People try to put us down (talkin’ ’bout my generation)
Just because we get around (talkin’ ’bout my generation)
Things they do look awful cold (talkin’ ’bout my generation)
I hope I die before I get old (talkin’ ’bout my generation)
In 1965 Pete Townsend and the Who weren’t and didn’t want to be like their parents. They were ‘talkin’ ‘bout my generation’ in an ageless anthem for young people who want to be noticed and listened to.
‘Hope I die before I get old’, is a sad, almost prophetic line; Keith Moon, the Who drummer, died when he was only 32.
Yet Pete Townsend, and many of ‘my generation’ didn’t die before we got old. We still need to be ‘talkin’ ‘bout my generation’.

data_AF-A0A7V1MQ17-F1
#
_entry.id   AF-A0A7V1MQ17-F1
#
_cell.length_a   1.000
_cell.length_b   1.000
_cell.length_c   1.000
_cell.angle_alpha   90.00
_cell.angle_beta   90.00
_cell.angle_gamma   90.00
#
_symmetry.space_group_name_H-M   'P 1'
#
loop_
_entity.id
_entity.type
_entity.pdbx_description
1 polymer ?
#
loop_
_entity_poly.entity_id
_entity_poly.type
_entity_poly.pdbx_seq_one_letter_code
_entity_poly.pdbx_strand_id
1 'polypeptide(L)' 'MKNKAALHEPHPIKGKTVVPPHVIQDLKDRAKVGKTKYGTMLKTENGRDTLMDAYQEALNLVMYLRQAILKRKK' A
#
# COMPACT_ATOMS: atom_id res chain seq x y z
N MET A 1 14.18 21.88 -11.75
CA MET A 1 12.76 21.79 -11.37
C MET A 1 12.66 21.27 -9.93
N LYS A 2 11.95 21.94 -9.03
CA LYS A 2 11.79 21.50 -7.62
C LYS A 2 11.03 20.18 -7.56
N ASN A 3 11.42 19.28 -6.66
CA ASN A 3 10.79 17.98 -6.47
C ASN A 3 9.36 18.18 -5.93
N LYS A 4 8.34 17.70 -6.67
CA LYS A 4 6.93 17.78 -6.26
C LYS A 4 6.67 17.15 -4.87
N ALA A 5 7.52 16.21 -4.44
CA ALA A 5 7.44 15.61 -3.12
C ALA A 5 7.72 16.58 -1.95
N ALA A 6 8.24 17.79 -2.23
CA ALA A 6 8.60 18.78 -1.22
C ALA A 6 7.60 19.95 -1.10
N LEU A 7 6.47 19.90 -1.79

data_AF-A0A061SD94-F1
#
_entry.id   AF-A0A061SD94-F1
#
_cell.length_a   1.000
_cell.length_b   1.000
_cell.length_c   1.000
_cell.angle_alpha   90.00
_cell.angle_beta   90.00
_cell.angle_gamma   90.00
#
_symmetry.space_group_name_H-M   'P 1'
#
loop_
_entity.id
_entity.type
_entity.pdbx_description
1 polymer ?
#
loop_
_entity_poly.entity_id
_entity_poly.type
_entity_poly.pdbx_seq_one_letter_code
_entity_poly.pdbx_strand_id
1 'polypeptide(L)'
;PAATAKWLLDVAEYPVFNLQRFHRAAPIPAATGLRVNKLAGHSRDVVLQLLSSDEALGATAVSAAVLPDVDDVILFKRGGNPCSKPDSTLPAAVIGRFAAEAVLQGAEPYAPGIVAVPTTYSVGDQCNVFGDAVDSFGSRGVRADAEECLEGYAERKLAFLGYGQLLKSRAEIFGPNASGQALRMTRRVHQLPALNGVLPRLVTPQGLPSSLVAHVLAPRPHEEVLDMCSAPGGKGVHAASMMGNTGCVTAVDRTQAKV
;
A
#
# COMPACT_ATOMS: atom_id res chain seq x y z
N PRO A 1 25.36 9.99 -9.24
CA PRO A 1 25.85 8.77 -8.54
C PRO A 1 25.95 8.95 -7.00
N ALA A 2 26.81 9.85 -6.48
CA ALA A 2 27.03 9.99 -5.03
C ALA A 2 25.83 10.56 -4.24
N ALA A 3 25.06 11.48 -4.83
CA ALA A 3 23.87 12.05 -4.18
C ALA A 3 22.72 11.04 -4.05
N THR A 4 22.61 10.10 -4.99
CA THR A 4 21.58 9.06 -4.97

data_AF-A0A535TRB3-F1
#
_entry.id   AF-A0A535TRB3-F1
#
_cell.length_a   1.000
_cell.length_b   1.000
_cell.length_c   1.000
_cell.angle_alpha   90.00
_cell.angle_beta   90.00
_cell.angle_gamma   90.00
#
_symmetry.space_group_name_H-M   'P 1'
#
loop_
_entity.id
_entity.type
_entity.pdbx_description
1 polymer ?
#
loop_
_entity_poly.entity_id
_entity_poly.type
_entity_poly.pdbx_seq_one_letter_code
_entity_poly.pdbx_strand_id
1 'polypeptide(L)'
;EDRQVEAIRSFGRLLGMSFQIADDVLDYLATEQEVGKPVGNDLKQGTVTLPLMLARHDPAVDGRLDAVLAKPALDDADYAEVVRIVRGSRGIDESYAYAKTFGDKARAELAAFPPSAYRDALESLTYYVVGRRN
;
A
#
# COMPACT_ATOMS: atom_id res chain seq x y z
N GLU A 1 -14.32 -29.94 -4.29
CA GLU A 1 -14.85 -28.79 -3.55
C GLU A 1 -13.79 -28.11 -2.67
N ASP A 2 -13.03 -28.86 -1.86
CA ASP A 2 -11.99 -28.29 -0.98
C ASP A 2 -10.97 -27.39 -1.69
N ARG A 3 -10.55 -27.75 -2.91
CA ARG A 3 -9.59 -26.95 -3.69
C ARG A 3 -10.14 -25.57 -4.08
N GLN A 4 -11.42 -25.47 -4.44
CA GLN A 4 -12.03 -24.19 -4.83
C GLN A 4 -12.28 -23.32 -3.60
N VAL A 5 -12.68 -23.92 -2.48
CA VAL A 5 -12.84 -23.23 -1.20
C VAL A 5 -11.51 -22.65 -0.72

I’m told that ‘my generation’ are vulnerable, filling care homes and hospital beds, requiring extra resources, causing anxiety to younger family members.
‘What great things some men have done in the later years of their life. Michelangelo painted the ceiling of the Sistine Chapel lying on his back on a scaffold when almost 90; Paderewski at 79 played the piano superbly; at 88 John Wesley preached every day; Tennyson when 88, wrote ‘Crossing the Bar.’ Booth Tarkington wrote sixteen novels after 60, some of them when he was almost totally blind.’ – Walter Knight
‘My generation’? Not those who retire but those who inspire. Today, perhaps more than any other time, ‘my generation’ needs to step up. In our families, churches, and communities we need to be the compassionate example, the empathetic mentor, the listening ear.
St Paul commended older widows, ‘…over sixty… faithful to her husband…well known for her good deeds, such as the bringing up of children, showing hospitality, washing the feet of the saints, helping those in trouble and devoting herself to all kinds of good deeds.’ (1Timothy 5:10)
He was ‘talkin’ ‘bout my generation’…